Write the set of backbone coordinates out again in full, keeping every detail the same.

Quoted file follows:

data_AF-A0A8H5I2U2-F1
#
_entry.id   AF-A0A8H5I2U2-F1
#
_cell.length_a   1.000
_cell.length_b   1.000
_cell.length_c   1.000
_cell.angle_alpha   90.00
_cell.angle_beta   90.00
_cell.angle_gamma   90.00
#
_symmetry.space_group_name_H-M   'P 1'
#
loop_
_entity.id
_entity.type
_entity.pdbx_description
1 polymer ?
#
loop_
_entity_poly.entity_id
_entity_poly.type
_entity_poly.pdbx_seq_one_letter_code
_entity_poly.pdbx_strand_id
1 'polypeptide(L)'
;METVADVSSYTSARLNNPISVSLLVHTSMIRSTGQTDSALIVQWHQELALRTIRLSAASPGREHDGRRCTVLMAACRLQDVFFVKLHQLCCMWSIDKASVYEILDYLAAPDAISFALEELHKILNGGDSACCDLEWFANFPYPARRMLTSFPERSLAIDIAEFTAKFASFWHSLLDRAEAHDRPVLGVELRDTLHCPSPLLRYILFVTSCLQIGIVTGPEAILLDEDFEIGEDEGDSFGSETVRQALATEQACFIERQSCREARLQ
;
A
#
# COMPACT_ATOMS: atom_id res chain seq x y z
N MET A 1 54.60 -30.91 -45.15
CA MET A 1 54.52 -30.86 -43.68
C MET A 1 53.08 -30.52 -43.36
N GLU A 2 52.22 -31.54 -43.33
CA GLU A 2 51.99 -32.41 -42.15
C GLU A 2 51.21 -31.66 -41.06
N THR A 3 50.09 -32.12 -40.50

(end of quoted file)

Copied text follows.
data_AF-A0A8H5I2U2-F1
#
_entry.id   AF-A0A8H5I2U2-F1
#
_cell.length_a   1.000
_cell.length_b   1.000
_cell.length_c   1.000
_cell.angle_alpha   90.00
_cell.angle_beta   90.00
_cell.angle_gamma   90.00
#
_symmetry.space_group_name_H-M   'P 1'
#
loop_
_entity.id
_entity.type
_entity.pdbx_description
1 polymer ?
#
loop_
_entity_poly.entity_id
_entity_poly.type
_entity_poly.pdbx_seq_one_letter_code
_entity_poly.pdbx_strand_id
1 'polypeptide(L)'
;METVADVSSYTSARLNNPISVSLLVHTSMIRSTGQTDSALIVQWHQELALRTIRLSAASPGREHDGRRCTVLMAACRLQDVFFVKLHQLCCMWSIDKASVYEILDYLAAPDAISFALEELHKILNGGDSACCDLEWFANFPYPARRMLTSFPERSLAIDIAEFTAKFASFWHSLLDRAEAHDRPVLGVELRDTLHCPSPLLRYILFVTSCLQIGIVTGPEAILLDEDFEIGEDEGDSFGSETVRQALATEQACFIERQSCREARLQ
;
A
#
# COMPACT_ATOMS: atom_id res chain seq x y z
N MET A 1 54.60 -30.91 -45.15
CA MET A 1 54.52 -30.86 -43.68
C MET A 1 53.08 -30.52 -43.36
N GLU A 2 52.22 -31.54 -43.33
CA GLU A 2 51.99 -32.41 -42.15
C GLU A 2 51.21 -31.66 -41.06
N THR A 3 50.09 -32.12 -40.50